I watched and covered my first field hockey game on Nov. 5 when Regis Jesuit and Colorado Academy played for the state championship at All-City Stadium. For years I helped with the coverage of both …
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I watched and covered my first field hockey game on Nov. 5 when Regis Jesuit and Colorado Academy played for the state championship at All-City Stadium.
For years I helped with the coverage of both University of Denver and Colorado Avalanche hockey and was involved with writing sidebars of both Avs’ Stanley Cup victories.
Field hockey has some similarities to ice hockey, but they are very different games. A few of the obvious differences are: There is no checking in field hockey, goalies can’t catch the ball, the goals players shoot at in the game played on grass or artificial turf are larger than the ones in the game played on ice, a ball is used and not a puck, and field hockey has 11 players on each side because of the larger playing surface.
Both sports are fast-paced and enjoyable, but a big plus for field hockey games is that while there are whistles and penalties, the clock runs most of the time, and high school games without any overtimes are usually over in less than 90 minutes.
Many of the goals scored in field hockey come off of penalty corners. Don’t ask about the infractions because I have no idea after observing one game.
But penalty corners, sometimes called short corners, are fun to watch as one attacking player pushes the ball into play from a spot on the back line at least 10 meters from either side of the goal post. A maximum of five defending players, including the goalkeeper, line up in the goal most of the time.
The attacking player shoots the ball outside the circle while defending players scramble to mark offensive players who start outside the shooting circle. Before a shot is taken, the ball must go outside the shooting circle.
A shooting circle is a semi-circle 16 yards in from of the goal and players must be inside the shooting circle to score a goal.
The game was fun to watch and like many sports, hard to explain, so I asked Regis Jesuit coach Spencer Wagner to describe what makes a good field hockey player and team.
“Great field hockey players often come from other sports (soccer, lacrosse, basketball, golf) because all of those sports happen in off-seasons,” said Wagner. “Field hockey players need both speed and endurance as well as the ability to develop stick skills. They need eye-hand coordination and the willingness to be coached. They also need friends in the sport because a strong social connection keeps people attending training sessions in the off season.”
But it takes more that good players to make a good team.
“Good teams are made of players who are empowered to problem-solve and make decisions themselves,” added Wagner. “Teamwork is really just approaching a problem as a group instead of individually. At the end of the day, the best team wins, not the best players.”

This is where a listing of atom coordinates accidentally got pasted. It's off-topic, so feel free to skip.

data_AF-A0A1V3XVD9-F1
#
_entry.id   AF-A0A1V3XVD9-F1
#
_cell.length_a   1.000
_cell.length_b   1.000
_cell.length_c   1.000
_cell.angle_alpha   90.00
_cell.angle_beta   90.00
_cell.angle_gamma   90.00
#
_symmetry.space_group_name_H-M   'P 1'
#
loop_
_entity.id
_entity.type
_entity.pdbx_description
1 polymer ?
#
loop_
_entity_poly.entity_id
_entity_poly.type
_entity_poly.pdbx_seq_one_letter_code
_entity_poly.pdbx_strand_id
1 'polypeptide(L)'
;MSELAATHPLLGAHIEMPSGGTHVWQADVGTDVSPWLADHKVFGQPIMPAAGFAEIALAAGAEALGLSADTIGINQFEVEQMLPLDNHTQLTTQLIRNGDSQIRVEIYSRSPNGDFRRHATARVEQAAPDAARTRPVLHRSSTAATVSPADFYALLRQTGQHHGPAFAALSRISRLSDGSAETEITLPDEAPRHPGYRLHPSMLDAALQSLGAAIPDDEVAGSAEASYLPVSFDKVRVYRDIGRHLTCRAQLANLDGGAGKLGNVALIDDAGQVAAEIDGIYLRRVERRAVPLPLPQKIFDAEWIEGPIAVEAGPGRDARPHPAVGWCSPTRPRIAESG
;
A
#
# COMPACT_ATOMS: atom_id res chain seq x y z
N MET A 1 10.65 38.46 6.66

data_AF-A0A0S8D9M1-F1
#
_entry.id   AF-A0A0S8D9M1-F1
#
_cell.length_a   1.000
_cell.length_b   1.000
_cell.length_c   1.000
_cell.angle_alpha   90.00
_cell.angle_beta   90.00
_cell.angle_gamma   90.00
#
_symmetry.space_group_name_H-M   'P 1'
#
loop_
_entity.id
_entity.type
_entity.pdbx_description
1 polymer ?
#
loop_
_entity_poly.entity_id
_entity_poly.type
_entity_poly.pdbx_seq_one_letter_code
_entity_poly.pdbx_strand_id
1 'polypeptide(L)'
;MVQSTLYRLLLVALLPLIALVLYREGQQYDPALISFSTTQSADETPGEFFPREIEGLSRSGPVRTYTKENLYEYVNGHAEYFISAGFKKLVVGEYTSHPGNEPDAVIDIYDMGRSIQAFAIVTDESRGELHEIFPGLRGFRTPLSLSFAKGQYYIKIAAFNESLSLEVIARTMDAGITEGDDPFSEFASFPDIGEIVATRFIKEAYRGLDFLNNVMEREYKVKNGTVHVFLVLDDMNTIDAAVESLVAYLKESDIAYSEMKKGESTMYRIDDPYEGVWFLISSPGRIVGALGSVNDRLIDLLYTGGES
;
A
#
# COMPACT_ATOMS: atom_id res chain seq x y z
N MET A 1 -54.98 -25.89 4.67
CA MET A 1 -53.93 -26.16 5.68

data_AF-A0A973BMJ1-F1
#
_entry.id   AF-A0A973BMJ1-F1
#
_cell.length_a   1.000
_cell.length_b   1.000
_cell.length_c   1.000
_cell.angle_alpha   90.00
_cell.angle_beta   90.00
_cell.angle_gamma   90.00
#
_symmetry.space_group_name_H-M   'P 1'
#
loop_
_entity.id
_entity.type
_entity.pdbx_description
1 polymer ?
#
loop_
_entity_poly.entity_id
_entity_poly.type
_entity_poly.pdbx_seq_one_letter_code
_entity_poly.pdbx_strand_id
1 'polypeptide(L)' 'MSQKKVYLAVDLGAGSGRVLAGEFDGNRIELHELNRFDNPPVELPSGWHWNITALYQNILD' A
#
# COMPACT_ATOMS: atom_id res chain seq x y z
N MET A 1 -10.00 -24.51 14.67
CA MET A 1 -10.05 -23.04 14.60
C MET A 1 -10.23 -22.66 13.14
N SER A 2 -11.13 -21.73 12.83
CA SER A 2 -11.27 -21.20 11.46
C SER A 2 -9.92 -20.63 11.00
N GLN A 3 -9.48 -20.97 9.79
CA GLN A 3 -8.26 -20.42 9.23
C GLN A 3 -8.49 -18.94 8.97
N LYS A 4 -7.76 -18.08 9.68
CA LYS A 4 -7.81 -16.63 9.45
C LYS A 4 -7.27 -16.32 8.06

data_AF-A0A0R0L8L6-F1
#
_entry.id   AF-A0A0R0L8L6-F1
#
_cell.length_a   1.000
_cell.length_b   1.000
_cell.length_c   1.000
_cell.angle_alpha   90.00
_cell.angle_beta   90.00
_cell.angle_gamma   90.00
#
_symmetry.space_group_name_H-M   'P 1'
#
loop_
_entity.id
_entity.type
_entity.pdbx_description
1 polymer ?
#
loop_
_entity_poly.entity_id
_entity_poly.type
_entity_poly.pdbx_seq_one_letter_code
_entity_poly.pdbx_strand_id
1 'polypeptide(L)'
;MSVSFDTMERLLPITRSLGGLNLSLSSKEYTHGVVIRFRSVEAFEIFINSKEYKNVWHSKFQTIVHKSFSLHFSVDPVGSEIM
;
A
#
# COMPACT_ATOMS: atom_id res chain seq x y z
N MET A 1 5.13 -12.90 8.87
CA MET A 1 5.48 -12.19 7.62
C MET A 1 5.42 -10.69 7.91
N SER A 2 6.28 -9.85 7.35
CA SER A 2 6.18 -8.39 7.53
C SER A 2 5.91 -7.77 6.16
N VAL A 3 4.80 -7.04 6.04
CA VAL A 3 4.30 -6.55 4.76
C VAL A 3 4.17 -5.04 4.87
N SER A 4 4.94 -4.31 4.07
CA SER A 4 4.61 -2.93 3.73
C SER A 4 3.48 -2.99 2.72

There are currently 15 teams in Colorado and many are co-op teams with interested girls from a school without teams who wind up playing with another district or school in their attendance area.
Participation figures for girls playing field hockey in Colorado have increased slightly over the past four years, from 557 in the 2015-17 NFHS data to 636 in 2018-19.
“I’ve been coaching in the league for 20 years and I can say that interest in field hockey is certainly growing but has lacked support from schools,” said Wagner. “Monarch, Northfield and South high schools are interested in starting field hockey programs, but as of yet, the school’s board/athletics programs have not put it into motion. There’s not a shortage of players wanting to play. What we struggle to find is umpires and coaches.”
Each week, performances of South Metro athletes and teams will be highlighted. This week’s performances were selected from games, matches and meets from Oct. 31 through Nov. 7.
Legend’s Blake Rarog gained 257 yards on 33 carries and scored twice and had two receptions in a 34-7 football win over Chaparral on Nov. 1.
Junior linebacker Tyson Lambert of ThunderRidge was in on 20 total tackles in a 14-13 football victory over Castle View on Oct. 31.
Senior Emma Ammerman of Chaparral had a total of 43 kills in 15 sets played Nov. 2 in the Cheyenne Mountain volleyball tournament.
Valor Christian’s Gavin Sawchuk scored three touchdowns and had 243 yards rushing on Nov. 1 in a 34-7 football triumph over Highlands Ranch.
Lutheran junior Sabrina King had 95 assists in 13 sets played in the Metro League volleyball tournament, which was held Nov. 1 and 2.
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